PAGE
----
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Raise high the safety net for nursing homes

St. Clair County Coroner Rick Stone concluded there was no criminal wrongdoing when an elderly wheelchair-bound patient fell down a stairwell at Midwest Rehabilitation in Belleville recently, but he also pointed out that the nursing home did do things wrong.

The alarm that should have sounded when the stairwell door opened was turned down to a chime, perhaps not to bother the staff. Maybe Juanita Simmons would still be alive if the alarm had been loud and attention-getting. The staff didn’t notify the police or the coroner as should have happened; the funeral director who picked up the body said he was told that the coroner had already been there and gone.

Anyone who has read the inspection reports on Midwest wouldn’t be surprised by any of this. The place is rated one star on the Medicare website, or “much below average.” That low rating isn’t helping residents and their families.

Stone points out that Simmons’ family could file a civil lawsuit. If they do, they will have to get in line. Four wrongful death lawsuits have been filed against the nursing home in the last three years.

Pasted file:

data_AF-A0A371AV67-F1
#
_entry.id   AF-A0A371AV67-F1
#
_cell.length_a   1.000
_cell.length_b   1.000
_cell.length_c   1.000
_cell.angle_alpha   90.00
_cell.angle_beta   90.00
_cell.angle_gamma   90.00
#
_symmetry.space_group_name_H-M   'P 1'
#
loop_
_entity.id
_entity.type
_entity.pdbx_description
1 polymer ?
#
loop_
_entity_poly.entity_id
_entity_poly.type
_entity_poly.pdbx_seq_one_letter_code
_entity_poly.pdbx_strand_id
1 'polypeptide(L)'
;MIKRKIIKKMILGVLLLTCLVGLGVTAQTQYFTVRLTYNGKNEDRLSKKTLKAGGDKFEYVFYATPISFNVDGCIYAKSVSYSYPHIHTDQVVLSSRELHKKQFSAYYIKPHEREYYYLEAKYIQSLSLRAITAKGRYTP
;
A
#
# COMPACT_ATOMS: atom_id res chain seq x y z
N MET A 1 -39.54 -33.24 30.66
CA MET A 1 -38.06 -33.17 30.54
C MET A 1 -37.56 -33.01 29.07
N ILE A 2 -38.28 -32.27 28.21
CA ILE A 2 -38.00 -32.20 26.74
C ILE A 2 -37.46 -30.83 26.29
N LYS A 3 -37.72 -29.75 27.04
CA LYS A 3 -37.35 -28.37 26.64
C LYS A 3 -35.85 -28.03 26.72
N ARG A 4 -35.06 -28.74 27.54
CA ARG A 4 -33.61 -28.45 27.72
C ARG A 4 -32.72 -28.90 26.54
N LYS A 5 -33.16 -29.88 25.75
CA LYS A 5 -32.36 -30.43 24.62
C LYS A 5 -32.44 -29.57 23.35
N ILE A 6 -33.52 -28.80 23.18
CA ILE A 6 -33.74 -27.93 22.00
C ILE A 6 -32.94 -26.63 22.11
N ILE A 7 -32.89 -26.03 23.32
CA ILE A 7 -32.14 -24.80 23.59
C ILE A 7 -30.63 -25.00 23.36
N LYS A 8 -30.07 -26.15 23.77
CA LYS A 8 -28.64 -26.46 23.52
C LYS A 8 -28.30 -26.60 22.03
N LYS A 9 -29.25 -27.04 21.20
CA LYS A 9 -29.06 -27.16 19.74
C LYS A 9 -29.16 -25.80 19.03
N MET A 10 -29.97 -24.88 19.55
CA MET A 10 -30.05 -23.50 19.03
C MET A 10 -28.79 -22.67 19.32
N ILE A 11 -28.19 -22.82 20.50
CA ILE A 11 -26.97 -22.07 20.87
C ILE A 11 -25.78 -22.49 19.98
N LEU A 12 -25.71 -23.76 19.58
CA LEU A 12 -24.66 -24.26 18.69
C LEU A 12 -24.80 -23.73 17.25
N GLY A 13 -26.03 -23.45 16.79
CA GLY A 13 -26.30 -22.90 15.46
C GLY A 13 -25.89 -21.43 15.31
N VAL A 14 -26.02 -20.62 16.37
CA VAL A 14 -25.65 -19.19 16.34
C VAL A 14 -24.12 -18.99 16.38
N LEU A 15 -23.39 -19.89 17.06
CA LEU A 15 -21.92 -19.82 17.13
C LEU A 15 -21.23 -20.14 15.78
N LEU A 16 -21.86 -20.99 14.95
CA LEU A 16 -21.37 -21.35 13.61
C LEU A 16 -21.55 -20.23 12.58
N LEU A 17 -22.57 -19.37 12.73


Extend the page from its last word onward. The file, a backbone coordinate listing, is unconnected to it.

The state could come down hard on the nursing home, but that hasn’t been the pattern in the past. When a patient wandered away and died outside in the cold in 2012, the Illinois Department of Public Health fined the nursing home $55,000, then gave it a break and reduced the penalty to $25,000.

State oversight is supposed to provide a safety net for residents, but instead of holding patients high off the ground, the net is so low it drags in the mud.

The health department just completed its investigation of Simmons’ death but has yet to make public the results. Let’s see if the penalties assessed this time raise up that safety net, or enables business to continue “much below average.”

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